It’s fairly easy to identify a scamster who is trying to collect a debt you’re sure you don’t owe. However, if you have debt or more that is past due, discerning genuine debt collectors from scammers might not be simple. This is because scam debt collectors are known to get consumers’ information through different means and then force them to make payments over the phone. Fortunately, you may avoid getting scammed by such debt collectors if you pay attention to a few simple aspects.
Just because a debt collector contacts you via social media does not mean he or she is fake. According to the Consumer Financial Protection Bureau (CFPB), debt collectors may contact debtors via their personal phone numbers, email addresses, as well as social media channels such as Facebook, Twitter, and Instagram. The red flags you need to avoid come in other forms.
Abuse and Undue Harassment
While some legitimate debt collectors may indulge in underhanded collection practices, a scammer has no reason to refrain from using aggressive language and blatant threats. They might tell you they’ll file a lawsuit against you immediately, or even that you might face arrest soon. Remember that real debt collectors need to follow the Fair Debt Collection Practices Act (FDCPA), whereas scammers are under no such obligation.
Demand for Immediate Payment
It is common for genuine debt collectors to pressurize debtors into paying their debts, because this usually affects their paycheck. However, scam debt collectors go beyond using usual pressure tactics, and often try to scare consumers into making payments immediately – giving them little or no time to think.
If a debt collector insists on receiving a payment via a wire transfer, and offers no other payment method, it is, in all likelihood, a scam. Genuine debt collection agencies typically accept payments in different ways, be it online or over the phone.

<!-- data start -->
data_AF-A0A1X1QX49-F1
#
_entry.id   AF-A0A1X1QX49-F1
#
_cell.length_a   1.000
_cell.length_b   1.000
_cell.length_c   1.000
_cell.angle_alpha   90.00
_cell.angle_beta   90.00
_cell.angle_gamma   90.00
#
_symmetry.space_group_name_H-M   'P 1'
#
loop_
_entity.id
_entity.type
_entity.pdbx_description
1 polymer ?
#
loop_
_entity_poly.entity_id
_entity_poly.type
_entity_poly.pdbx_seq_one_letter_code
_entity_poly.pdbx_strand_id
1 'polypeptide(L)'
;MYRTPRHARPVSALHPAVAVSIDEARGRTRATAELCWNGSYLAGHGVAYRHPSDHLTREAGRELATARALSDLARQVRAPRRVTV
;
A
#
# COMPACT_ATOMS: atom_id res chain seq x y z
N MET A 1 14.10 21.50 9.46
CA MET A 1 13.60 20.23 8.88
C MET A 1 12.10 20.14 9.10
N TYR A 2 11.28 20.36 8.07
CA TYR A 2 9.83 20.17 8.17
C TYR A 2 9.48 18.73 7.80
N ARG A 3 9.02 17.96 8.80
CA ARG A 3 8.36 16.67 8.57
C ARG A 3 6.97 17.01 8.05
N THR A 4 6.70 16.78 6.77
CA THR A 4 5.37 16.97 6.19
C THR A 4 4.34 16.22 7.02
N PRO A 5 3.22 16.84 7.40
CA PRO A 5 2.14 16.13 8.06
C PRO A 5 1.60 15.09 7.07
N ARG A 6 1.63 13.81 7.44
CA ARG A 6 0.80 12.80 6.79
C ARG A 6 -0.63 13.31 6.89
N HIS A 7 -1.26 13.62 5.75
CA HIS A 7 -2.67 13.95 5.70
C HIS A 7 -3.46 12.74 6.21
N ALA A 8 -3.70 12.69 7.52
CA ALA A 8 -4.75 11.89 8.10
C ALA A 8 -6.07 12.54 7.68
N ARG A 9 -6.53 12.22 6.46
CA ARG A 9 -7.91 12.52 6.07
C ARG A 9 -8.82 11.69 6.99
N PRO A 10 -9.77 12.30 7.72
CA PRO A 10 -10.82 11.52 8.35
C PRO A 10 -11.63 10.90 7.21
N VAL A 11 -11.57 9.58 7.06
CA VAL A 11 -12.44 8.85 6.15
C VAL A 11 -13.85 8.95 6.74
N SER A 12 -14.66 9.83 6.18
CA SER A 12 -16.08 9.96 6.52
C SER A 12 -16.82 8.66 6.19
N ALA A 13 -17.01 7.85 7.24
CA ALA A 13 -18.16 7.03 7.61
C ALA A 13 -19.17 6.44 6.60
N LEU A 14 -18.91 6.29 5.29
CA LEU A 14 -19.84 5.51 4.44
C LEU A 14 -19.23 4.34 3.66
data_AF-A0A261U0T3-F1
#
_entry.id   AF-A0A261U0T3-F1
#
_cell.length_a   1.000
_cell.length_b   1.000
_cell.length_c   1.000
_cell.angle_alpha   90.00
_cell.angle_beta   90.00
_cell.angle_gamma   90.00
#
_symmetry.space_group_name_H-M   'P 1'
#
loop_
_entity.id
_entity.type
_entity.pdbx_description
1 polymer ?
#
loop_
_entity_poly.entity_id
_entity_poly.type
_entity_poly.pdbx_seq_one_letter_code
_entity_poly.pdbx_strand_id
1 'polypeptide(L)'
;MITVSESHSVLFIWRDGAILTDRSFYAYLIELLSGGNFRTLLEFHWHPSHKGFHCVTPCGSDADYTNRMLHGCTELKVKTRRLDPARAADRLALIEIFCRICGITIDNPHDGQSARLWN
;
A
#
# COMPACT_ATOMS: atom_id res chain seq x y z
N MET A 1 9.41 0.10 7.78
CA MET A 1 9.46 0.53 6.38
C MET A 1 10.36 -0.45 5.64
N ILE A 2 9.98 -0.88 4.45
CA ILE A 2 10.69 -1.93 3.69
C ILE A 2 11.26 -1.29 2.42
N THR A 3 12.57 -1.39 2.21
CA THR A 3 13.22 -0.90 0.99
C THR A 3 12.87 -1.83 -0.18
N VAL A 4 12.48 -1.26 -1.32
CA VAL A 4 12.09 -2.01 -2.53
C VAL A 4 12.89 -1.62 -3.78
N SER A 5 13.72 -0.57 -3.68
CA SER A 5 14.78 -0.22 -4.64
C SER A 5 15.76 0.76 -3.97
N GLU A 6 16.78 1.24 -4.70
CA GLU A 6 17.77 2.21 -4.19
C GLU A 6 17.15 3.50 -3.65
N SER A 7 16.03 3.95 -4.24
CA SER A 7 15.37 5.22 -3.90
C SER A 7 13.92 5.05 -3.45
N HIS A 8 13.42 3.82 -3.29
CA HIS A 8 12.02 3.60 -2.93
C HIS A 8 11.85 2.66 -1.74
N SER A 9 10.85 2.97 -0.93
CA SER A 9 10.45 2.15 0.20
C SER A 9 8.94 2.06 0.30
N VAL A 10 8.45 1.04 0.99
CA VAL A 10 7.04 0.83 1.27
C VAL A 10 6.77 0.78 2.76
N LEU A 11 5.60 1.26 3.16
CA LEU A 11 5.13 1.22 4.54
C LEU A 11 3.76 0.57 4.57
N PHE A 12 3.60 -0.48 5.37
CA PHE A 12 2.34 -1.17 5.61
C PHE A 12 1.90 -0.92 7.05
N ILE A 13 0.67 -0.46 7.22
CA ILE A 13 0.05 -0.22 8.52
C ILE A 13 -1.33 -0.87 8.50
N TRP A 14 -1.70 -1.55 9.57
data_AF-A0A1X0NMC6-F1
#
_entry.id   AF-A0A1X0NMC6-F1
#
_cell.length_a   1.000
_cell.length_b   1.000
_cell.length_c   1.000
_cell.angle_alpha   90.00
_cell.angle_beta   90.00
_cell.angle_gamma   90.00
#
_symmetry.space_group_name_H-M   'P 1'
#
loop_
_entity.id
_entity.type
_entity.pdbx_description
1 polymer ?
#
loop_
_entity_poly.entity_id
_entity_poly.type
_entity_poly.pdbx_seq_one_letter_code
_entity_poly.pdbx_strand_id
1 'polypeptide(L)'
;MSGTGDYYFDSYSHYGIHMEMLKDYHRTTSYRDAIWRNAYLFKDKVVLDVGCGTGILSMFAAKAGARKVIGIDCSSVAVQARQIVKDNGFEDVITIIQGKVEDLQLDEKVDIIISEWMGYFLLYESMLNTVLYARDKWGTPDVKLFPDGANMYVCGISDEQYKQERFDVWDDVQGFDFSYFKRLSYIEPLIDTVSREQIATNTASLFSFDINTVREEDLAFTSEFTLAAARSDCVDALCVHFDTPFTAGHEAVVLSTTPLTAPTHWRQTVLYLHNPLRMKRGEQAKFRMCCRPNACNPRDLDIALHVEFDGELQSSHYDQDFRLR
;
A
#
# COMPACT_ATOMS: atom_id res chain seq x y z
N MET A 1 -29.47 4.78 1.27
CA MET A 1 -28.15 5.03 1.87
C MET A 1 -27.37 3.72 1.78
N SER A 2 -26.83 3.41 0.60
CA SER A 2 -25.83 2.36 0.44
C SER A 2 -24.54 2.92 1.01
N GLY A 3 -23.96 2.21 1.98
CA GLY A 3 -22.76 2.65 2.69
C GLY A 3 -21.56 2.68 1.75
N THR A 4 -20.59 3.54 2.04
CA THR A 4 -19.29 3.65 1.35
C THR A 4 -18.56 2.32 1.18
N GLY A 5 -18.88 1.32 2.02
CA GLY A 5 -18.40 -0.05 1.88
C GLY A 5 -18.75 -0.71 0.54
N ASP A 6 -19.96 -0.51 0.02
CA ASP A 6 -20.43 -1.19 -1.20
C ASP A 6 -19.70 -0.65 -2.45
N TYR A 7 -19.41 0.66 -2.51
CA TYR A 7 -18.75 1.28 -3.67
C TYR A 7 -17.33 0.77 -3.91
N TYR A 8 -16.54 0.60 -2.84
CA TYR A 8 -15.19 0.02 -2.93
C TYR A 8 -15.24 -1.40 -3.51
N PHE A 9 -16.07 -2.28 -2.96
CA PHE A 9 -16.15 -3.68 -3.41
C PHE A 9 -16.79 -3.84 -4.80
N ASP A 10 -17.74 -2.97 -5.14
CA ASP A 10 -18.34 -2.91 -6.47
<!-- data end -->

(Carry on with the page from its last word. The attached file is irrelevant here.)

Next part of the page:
Unrecognized Account or Creditor
If a debt collector contacts you about a debt that you have no recollection of, or if you don’t recognize the creditor, it’s reason enough to be wary. In any such scenario, you have the right to request for proof of the debt in the form of debt validation before having to make any payment. You can also look for the debt in question by going through your credit report. However, credit-related entries older than seven years are typically wiped clean.
Asking for Information They Should have
When debt collectors take over your debts, they receive different information about you from creditors. This includes your complete name, date of birth, account number, phone number, address, and all or part of your Social Security Number. If a debt collector asks you for any of this information, view it as a red flag. This is because it might be an attempt at phishing, which may lead to fraud and even identity theft.
They Don’t Provide Contact Details
When called by a debt collector, ask for the debt collection agency’s name and contact details. A genuine debt collector will have no trouble in providing this information. If, on the other hand, a debt collector is unwilling to part with this information, it’s as big a red flag as any. Even if a debt collector provides this information, confirm if it’s real by carrying out an online search.
What Else You Need to Do
When contacted by a debt collector, make sure to follow these steps.
- Insist on getting the caller’s name, name of the collection agency, phone number, address, and professional license number.
- Ask for a written debt validation notice. The collector needs to send this within five days of making initial contact.
- Check for the debt in three major credit reports – issued by Equifax, Experian, and TransUnion.
- Carry out an online search using the caller’s phone number. You might find complaints about it belonging to a scam agency.
If you feel you are at the receiving end of an unrelenting scam debt collector, you might consider seeking assistance from professionals who specialize in debt validation. This way, you know you’ve covered all your bases.